Quora is just one social media site, and little research appears to have been done using Facebook, LinkedIn, Twitter, LiveJournal and other social media sites to see if similar patterns regarding organic link creation and knowledge sharing through Wikipedia are similarly gendered. If the Wikimedia Foundation is serious about fixing this gender gap, they need to exam external link creation to better understand how people at this time are sharing knowledge, and how this knowledge formation differs from cohort to cohort. Doing so is important for being better able to situate themselves going forward by being able to create better branded messaging to specific audiences.

As the data currently stands, there is room to do secondary research looking less at the links and more about gendered participation by topic going forward. With 1,328 answers, this particular data set is not overly small so applying Social Research Analysis to it may be a viable option to see if new patterns can be observed or other patterns explained base on previous topic based analysis. This research is also not largely a function of time, except that the number of available answers can change, as it is less contingent on dynamic data like follower counts, views, upvotes and answer ranking.

Additional research would ideally work by building on the initial dataset to increase it to around 5,000 to 10,000 answers while working to increase the number of questions and answers about topics more specific to the Indian audience on Quora who are arguably under represented geographically in this sample. The same is also true topically, with questions about sports, sciences, economics, social media and startups under represented.

Including these additional answers, coupling this with some potential survey research, and examining the types of questions included in the research, could better explain how knowledge is formed and shared on Quora. This understanding could have long term benefits for Quora because it could provide a much better framework for sharing with new authors the best ways to share knowledge through sources, and result in an increase in overall quality on Quora. At the same time, it could also give insights into why Quora has its gender gap and how this can be fixed. Fixing Quora’s Gender Gap is important, because women make up a large percentage of untapped Quora users. If they are not tapped in such a way that also continues to attract men, then Quora risks potential stagnation and degradation in answer quality.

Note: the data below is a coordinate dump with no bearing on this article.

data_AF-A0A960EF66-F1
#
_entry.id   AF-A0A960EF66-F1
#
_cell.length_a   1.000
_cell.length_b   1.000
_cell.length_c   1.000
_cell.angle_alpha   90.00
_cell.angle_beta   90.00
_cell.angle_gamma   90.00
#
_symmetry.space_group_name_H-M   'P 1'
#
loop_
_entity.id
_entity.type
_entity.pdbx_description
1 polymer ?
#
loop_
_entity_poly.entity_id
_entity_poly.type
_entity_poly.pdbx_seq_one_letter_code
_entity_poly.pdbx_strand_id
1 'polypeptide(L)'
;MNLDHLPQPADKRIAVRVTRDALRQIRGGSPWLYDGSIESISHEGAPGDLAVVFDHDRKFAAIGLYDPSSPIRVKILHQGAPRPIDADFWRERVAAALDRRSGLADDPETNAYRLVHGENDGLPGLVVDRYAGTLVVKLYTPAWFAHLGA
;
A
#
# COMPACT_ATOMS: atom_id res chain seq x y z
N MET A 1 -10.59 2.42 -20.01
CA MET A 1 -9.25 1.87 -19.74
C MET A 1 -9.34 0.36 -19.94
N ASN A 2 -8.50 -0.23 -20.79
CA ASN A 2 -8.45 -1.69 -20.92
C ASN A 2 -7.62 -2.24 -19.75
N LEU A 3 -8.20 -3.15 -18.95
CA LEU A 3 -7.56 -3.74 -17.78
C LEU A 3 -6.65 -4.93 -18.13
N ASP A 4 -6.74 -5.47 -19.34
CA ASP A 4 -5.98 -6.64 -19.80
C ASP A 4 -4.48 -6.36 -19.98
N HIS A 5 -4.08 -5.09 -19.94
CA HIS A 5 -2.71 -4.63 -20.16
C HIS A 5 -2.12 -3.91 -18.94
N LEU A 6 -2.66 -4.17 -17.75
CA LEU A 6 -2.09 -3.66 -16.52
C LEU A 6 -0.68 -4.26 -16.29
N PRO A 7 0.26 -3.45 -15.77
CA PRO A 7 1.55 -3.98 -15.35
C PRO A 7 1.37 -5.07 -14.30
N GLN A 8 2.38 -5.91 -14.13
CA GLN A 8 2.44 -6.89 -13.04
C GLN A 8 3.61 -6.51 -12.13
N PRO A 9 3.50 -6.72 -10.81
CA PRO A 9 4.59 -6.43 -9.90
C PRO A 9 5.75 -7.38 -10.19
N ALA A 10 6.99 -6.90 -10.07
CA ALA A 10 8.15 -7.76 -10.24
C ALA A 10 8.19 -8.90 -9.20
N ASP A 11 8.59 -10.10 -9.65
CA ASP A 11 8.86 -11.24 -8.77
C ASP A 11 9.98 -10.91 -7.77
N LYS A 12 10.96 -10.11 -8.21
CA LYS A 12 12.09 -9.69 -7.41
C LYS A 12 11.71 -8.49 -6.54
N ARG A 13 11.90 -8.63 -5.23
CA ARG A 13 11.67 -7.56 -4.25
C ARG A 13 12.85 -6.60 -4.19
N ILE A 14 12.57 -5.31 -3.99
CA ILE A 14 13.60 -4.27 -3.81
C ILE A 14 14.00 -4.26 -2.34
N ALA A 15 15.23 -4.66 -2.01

1. Indeed, I found one answer I had reported for link spam dating back to May after I went to report it. The amount of link spam found though was relatively low, at around 1 or 2 links at most.

2. This could result in a situation where someone links to Wikipedia and another source, but the other source is not really seen as a separate link.

3. A few of these were found, and they were counted as external links, but not links to Wikipedia as none of the sig links found were to Wikipedia. The amount of link signatures found though was relatively low, at around 1 or 2 links at most.

4. People who present as male either through real name, picture or self-description found in writing. See earlier research on gender identification methodology on Quora.

5. These are accounts that have been either delete by contributor request, or because they were banned from Quora.

6. This puts female participation at 16.8%, on the low end of suspected female participation rates on Quora though still within the established range.

7. Because of the sampling method used here, India was under represented, both in terms of total questions and in terms total answers. No India questions, topic wise, were included.

Analysis conducted by LauraHale. Raw data used for analysis available upon request.

External linksEdit